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Cuomo’s Pension Plan Rejected by New York Assembly Democrats

New York (STONY1) Assembly Democrats rejected Governor Andrew Cuomo’s proposal to raise the retirement age and offer a 401(k)-type option to future workers in their version of the budget.

The Assembly, controlled by Democrats, approved a plan without the pension changes by 92 to 49 today. The Assembly and the Republican-controlled Senate, which also passed a budget proposal today, will now try to negotiate a deal on a spending plan before March 31. The governor’s pension proposal may still be agreed upon separately from the budget process, said Assembly Majority Leader Ron Canestrari.

Cuomo, a Democrat, has said his overhaul of the pension system will save local governments and the state $113 billion over the next 30 years as it raises the retirement age to 65 from 62 for most new workers. The proposal has drawn the governor into a battle with the state’s public-worker unions and Comptroller Thomas DiNapoli, a fellow Democrat and the sole trustee of the $140.3 billion pension fund.

“It’s not part of our budget and will be handled separately,” Canestrari said March 9, when the Assembly finished its budget plans. “Negotiations are under way, and they’re pretty intensive.”

Cuomo Cites Layoffs

Lawmakers in both political parties are reluctant to back the pension changes because they receive campaign cash from the unions, Cuomo said in an interview on WGDJ in Albany today.

“It’s not about the merits,” Cuomo said. “If you don’t have pension reform, you’ll be laying off thousands of public employees.”

The Senate Republicans didn’t include Cuomo’s pension overhaul in their budget proposal either, though they did include a statement supporting it. The resolution passed with a 38-to-21 vote today.

“We are committed to pension reform to ease the skyrocketing costs facing local governments and school districts,” Scott Reif, a spokesman for Majority Leader Dean Skelos, a Long Island Republican, wrote in an e-mail yesterday. “The governor’s plan continues to be the subject of ongoing negotiations.”

The Assembly’s budget proposal also cuts the tax rate to zero from 4 percent for joint filers earning $25,000 or less, the proposal said. Senate Republicans said in a statement e- mailed March 7 that their plan will cut the corporate tax rate for 200,000 small businesses to 5.5 percent from 6.85 percent, a $65 million reduction.

MTA Cuts

The Republican proposal also would cut $770 million that Cuomo’s budget appropriates to the Metropolitan Transportation Authority’s capital program, and would deny a $7 billion increase to the authority’s debt cap, the resolution says. Cuomo’s budget proposes raising the largest U.S. transit agency’s debt limit to $41 billion from $34 billion, the governor’s budget says.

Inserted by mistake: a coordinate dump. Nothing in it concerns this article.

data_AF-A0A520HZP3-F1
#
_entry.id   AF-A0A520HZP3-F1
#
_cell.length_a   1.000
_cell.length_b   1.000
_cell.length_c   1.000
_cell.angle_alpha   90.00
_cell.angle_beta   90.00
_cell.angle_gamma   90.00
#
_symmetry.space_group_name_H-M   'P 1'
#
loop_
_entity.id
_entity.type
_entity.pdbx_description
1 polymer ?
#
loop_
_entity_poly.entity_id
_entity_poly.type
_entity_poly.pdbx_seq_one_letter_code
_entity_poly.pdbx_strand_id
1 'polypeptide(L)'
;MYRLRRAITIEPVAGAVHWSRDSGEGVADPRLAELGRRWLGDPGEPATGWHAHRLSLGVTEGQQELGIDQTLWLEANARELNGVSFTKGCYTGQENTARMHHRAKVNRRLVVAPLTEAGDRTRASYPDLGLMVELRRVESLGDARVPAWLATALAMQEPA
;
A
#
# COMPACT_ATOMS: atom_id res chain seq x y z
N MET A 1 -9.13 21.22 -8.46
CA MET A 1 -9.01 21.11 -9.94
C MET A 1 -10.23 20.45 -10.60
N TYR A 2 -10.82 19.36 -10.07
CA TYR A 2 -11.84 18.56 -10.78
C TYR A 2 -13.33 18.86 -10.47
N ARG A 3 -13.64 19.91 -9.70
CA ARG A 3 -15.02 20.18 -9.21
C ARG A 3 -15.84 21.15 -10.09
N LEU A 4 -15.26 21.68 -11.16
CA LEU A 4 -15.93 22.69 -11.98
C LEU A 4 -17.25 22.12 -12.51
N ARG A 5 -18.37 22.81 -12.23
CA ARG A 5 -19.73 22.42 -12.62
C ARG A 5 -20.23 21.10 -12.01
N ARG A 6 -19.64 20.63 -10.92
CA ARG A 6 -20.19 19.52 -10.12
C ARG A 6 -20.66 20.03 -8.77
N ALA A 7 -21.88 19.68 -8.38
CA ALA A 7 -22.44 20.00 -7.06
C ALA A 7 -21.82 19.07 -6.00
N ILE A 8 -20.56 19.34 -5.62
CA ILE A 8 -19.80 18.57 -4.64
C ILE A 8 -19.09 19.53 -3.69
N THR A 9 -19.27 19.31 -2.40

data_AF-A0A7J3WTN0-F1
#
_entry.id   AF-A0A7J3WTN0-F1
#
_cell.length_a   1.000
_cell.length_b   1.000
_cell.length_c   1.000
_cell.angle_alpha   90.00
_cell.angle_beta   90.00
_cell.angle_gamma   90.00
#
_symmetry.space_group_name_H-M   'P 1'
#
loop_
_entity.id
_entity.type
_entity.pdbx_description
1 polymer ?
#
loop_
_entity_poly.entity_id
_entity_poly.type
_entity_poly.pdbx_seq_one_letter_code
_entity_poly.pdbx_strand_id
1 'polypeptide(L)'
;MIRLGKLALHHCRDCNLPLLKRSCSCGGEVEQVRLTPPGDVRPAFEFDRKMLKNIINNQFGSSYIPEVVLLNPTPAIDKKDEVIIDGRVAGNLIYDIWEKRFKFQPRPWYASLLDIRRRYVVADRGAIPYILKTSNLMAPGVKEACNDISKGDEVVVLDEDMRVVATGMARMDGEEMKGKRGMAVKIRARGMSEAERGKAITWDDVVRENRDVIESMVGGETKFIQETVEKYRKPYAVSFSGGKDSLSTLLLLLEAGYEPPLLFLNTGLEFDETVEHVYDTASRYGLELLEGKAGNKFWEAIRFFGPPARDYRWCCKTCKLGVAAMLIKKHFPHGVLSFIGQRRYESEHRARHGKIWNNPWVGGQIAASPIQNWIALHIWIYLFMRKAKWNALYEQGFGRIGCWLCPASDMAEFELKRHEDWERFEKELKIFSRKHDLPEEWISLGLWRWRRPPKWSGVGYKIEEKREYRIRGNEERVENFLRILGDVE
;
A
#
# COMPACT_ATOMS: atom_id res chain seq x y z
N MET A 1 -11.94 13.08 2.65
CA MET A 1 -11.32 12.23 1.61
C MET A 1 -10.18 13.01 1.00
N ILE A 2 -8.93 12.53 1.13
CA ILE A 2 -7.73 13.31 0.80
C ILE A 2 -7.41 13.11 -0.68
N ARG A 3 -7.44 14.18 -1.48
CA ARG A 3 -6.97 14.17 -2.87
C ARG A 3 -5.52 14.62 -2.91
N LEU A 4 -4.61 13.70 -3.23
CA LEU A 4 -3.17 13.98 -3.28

Assembly Speaker Sheldon Silver, a Manhattan Democrat, said last week the governor must work out an agreement over Cuomo’s pension overhaul with the unions before the house will vote on the measure. Cuomo met with union leaders March 6 to discuss pension changes and other items in the budget, he said during a March 8 press conference in Albany, the capital.

“Discussions continue, and we’ve made it clear that a 40 percent cut in retirement benefits for new employees isn’t acceptable,” said Carl Korn, a spokesman for New York State United Teachers, the state’s largest education-worker union, in a telephone interview yesterday. “We continue to fight to protect retirement security.”

Rising Costs

Cuomo has said pension costs will consume 35 percent of local-government budgets by 2015, up from 3 percent in 2001. New York’s retirement fund, the third-largest U.S. public pension, had 101.5 percent of the money needed to pay its obligations in 2010, better than any other state, according to an annual study by Bloomberg Rankings.

The governor put the pension changes into his $132.5 billion budget proposal for the fiscal year that begins April 1. He has said that if lawmakers send him a spending plan without the measure, he’ll force the Legislature to choose between shutting the government or passing his plan by using a so-called budget extender. The process is used to keep the government operating when there’s no agreement on the budget. The governor has the power to put almost any item in an extender.

To contact the reporter on this story: Freeman Klopott in Albany, New York, at fklopott@bloomberg.net

To contact the editor responsible for this story: Mark Tannenbaum in New York at mtannen@bloomberg.net

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